A few months ago, the ladies at By Hand London had a pattern sale and I picked up Kim, Elisalex, and Flora dress patterns. I was dying to try Flora and an upcoming wedding provided the perfect opportunity. I learned a lot along the way, including using my XL-2600i as an overcast machine. I put my “G” overcasting foot on it and paired it with a cone of Gutermann Toldi Lock thread. Now, I understand why some sewists have a serger in addition to a sewing machine. It saved so much time by being able to finish my seams on a separate machine instead of switching the feet and thread on one machine.
I’m also not the best when it comes to sewing my seam lines correctly, so I FINALLY followed the tip of using a stack of post-it notes as a seam guide. Why didn’t I do this before?! I was able to sew faster since the post-its kept my fabric on track.
I hand-picked my zipper again and I’m getting better at it. I used an all purpose zipper instead of an invisible one. While I like how it feels stronger than an invisible zipper, I don’t like that the zipper pull doesn’t glide smoothly over the teeth. I might have to try some other brands. I also, should have interfaced the seam allowances but it was very late/early in the morning and I was tired.
Pattern Description: Flora Dress. Fundamentally feminine and universally flattering with her cinched waist and voluminous pleated straight or dipped hem circle skirt, Flora is the definitive party dress. Choose from two entirely different bodice variations: a classic sleeveless faux-wrap style or the more demure tank bodice, with her high square neckline and simple shoulder straps.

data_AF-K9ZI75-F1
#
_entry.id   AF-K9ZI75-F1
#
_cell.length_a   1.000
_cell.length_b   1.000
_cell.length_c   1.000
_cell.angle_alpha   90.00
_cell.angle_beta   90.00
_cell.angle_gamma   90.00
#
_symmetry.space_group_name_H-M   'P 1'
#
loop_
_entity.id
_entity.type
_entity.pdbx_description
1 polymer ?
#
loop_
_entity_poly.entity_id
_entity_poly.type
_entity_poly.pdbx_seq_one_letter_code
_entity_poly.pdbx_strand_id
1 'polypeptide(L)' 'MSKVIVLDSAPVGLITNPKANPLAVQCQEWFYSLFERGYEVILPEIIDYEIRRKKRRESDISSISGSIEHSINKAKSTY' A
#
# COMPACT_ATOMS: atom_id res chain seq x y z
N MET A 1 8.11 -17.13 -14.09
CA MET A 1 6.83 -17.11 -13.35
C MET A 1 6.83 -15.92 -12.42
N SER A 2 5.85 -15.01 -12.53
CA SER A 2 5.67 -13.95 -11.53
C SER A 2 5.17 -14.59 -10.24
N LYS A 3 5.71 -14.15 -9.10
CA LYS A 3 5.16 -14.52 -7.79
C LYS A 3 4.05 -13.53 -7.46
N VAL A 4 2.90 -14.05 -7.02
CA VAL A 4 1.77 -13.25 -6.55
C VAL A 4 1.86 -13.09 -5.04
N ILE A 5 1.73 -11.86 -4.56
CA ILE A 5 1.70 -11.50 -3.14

Were the instructions easy to follow? They probably are but I followed along with By Hand London’s Flora Sewalong
What did you particularly like or dislike about the pattern? I love the faux wrap bodice and dipped hem. Also, the packaging is lovely. I’m glad I was able to get this pattern, and the other two, before BHL went completely PDF.
Fabric Used: A 53W cotton voile from Fabric Mart Fabrics for the shell and a poly/cotton blend from Jo-ann Fabric for the lining.
Pattern alterations or any design changes you made: Well, the sewalong suggested using my waist measurement (size 14) for the bodice size but that didn’t work very well. I used my lining to test the fit and ended up with armhole gapping in the front and back. That’s the second time I’ve gone against my instincts of using my high bust measurement. In the end I made the bust darts bigger and brought the back shoulder up half an inch. My adjustments didn’t get rid of all of the gapping but it was better. Next time I’ll just go with my high bust measurement (size 12) and do an FBA in the front and tight back adjustment for my broad upper back.
The pattern calls for 60″ wide fabric but I really, really loved this voile so I cut my skirt pieces on a cross wise fold. Since, my hearts are directional I had to cut each skirt piece separately, including the front skirt that should have been on the fold. I was in a groove cutting before I realized that I hadn’t added a seam allowance for the front skirt pieces. Oops. I sewed the pieces together with a 3/8″ seam allowance and took 3/8″ out of both front knife pleats to make up the difference.
I added lace hem tape the hem to add something pretty for the dipped hem AND I made a waist stay. That was my first time ever making a waist stay and I really like it. I made it out of grosgrain ribbon and a swimwear hook. I followed Gorgeous Fabric’s tutorial and Handmade Jane’s suggestion of second notch for post-meal fitting.
It’s also a given that pretty much any dress or skirt I make will have pockets. Ha. And I put a few tacks in the front where my the bodice crossed because my bra was peeking out.
Would you sew it again? YES! I want to a better job with the faux wrap and try the other bodice and straight skirt.
Would you recommend it to others? Yes, definitely.